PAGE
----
He told his mum Harriet: "I miss my school because it's my school and I’m sad that it got wrecked. I want it to be fixed so I can go there again and not have to be on the bus for so long where the seat belt cuts into my stomach and it really hurts."


Whole families have been displaced and separated. 

One young person in Year 12 in Lismore lost his home and he and his mum has gone to live with his grandmother. 

His little sister was flown to New Zealand to live with her Dad for the first time. 

He told my friend: "Mum said I’ll never live in the family home again because it won’t be ready for years I’ll never live in the family home again, because I finish school this year, so will move on."

Another mum told me: "My girl just wants to go home. Our things are all piled up moved by the landlords in higgledy clumps. Her room empty save the bed on a cold and wet concrete slab."

Image: Supplied. 


Another mum, a mother of three kids and a dear friend of mine, lost her home. 

They have been in temporary accommodation and are one of the lucky ones who have found a new home to move to. But the high school her daughters go to is still being cleaned and assessed for safety.

"My son who got to go back to primary school last week was beginning to settle and I could see his resilience kicking in with a little bit of structure of school to go to and friends to hang with. But then he caught COVID and is now recovering," she told me. 

"My older girls who didn't get the opportunity of school and routine are struggling. 

"I feel this week the reality and the lows have set in. Homeschooling was hard enough in COVID, but add in losing home and in temporary accommodation and it is just very hard. And I feel their sadness at life."

GP and SES volunteer Dr Amanda Cohn believes children react differently to each other and may not be able to express what they are feeling directly. 

"Trauma responses can include a whole variety of symptoms including irritability, changes to sleep and eating habits, difficulty concentrating, or even physical symptoms like tummy aches," she said. 


"It’s important to give kids comfort and reassurance during a disruptive period - for them to know they are being looked after, and trying to re-establish some daily routines can be helpful, for example around mealtimes.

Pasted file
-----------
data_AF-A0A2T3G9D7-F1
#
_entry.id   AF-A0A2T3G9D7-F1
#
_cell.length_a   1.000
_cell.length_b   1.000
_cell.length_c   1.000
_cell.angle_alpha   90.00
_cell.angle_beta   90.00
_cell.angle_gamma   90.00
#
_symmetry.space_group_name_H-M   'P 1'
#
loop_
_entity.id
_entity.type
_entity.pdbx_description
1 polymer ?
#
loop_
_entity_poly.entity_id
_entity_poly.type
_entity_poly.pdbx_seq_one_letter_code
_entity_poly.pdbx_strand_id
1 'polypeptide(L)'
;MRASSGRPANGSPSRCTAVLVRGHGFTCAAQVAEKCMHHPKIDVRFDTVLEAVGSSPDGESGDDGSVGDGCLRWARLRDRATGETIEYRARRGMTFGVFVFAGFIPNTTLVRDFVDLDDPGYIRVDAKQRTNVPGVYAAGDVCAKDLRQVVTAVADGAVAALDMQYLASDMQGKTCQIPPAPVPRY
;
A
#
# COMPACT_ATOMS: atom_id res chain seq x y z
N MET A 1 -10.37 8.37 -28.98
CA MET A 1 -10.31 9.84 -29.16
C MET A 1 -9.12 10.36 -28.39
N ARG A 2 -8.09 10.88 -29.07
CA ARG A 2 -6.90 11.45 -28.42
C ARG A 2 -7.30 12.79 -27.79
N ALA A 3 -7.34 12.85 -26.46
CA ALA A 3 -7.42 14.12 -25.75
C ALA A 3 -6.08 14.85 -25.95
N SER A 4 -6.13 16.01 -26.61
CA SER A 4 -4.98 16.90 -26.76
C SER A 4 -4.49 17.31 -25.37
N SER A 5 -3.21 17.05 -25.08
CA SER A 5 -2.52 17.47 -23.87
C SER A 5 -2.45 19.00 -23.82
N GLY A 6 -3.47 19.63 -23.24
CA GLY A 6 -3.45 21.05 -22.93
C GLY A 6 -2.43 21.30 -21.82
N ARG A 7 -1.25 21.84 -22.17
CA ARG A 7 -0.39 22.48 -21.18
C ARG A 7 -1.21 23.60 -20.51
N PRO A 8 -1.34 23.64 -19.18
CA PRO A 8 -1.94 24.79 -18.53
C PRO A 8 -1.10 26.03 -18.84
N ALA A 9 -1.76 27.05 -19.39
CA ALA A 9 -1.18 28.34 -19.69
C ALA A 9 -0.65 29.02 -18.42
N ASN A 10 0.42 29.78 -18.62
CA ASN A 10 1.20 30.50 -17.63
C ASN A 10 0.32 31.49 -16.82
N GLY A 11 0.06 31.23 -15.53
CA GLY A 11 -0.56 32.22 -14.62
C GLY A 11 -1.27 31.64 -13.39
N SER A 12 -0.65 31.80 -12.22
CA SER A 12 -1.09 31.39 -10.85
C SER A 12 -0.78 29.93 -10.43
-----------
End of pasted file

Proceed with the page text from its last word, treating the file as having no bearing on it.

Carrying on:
"For prolonged or significant distress, a GP, counsellor or psychologist can help kids and their parents."

The sadness is hitting us this week. Our kids are hurting. Our kids just want to be ‘normal’ again. But it seems normal is gone.

Image: Supplied. 


This comment from one mum really hit home.

"My 13-year-old's school in Lismore got completely destroyed and it won't be up and running again for the whole year. They have to go to a different high school. I hate to use the word 'resilient' but I guess they don't have a choice. I'm thinking this is probably the first of many times in her generation's lives where major climate events are gonna happen and they won't have any other choice but to just 'survive'."

What have we done? Climate Change is hurting our kids. Is this our legacy? 

It’s time we recognise how our government’s lack of climate action is impacting our kids. And if we don’t, then they will. This Friday, kids all around the country will be participating in the School Strike for Climate.

In my region, many of our kids no longer have a school – because of climate.

So when you hear someone criticise kids for not attending school to protest, please remember, there are kids in this country who no longer have a choice.

There is a generation right here who have lost their innocence.

They deserve better.

Feature Image: Supplied.